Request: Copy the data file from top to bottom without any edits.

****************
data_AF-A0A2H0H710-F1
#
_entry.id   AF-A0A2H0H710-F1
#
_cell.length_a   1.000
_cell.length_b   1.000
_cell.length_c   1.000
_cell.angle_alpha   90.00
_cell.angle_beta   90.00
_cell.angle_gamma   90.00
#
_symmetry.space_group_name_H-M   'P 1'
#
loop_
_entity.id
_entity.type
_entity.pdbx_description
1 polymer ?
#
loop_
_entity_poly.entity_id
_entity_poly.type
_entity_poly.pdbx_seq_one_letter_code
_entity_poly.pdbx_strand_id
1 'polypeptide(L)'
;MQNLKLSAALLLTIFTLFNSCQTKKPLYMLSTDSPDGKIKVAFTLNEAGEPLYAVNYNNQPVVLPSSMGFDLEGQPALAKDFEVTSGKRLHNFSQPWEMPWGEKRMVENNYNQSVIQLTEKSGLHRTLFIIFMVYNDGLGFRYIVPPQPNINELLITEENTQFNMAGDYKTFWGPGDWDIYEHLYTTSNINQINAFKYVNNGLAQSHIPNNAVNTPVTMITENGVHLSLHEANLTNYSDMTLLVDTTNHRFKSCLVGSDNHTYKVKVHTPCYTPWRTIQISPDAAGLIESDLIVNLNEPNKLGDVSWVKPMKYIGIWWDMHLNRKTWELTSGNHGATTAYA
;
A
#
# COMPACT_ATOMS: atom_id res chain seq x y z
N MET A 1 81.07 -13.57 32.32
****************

data_AF-A0A2H0H710-F1
#
_entry.id   AF-A0A2H0H710-F1
#
_cell.length_a   1.000
_cell.length_b   1.000
_cell.length_c   1.000
_cell.angle_alpha   90.00
_cell.angle_beta   90.00
_cell.angle_gamma   90.00
#
_symmetry.space_group_name_H-M   'P 1'
#
loop_
_entity.id
_entity.type
_entity.pdbx_description
1 polymer ?
#
loop_
_entity_poly.entity_id
_entity_poly.type
_entity_poly.pdbx_seq_one_letter_code
_entity_poly.pdbx_strand_id
1 'polypeptide(L)'
;MQNLKLSAALLLTIFTLFNSCQTKKPLYMLSTDSPDGKIKVAFTLNEAGEPLYAVNYNNQPVVLPSSMGFDLEGQPALAKDFEVTSGKRLHNFSQPWEMPWGEKRMVENNYNQSVIQLTEKSGLHRTLFIIFMVYNDGLGFRYIVPPQPNINELLITEENTQFNMAGDYKTFWGPGDWDIYEHLYTTSNINQINAFKYVNNGLAQSHIPNNAVNTPVTMITENGVHLSLHEANLTNYSDMTLLVDTTNHRFKSCLVGSDNHTYKVKVHTPCYTPWRTIQISPDAAGLIESDLIVNLNEPNKLGDVSWVKPMKYIGIWWDMHLNRKTWELTSGNHGATTAYA
;
A
#
# COMPACT_ATOMS: atom_id res chain seq x y z
N MET A 1 81.07 -13.57 32.32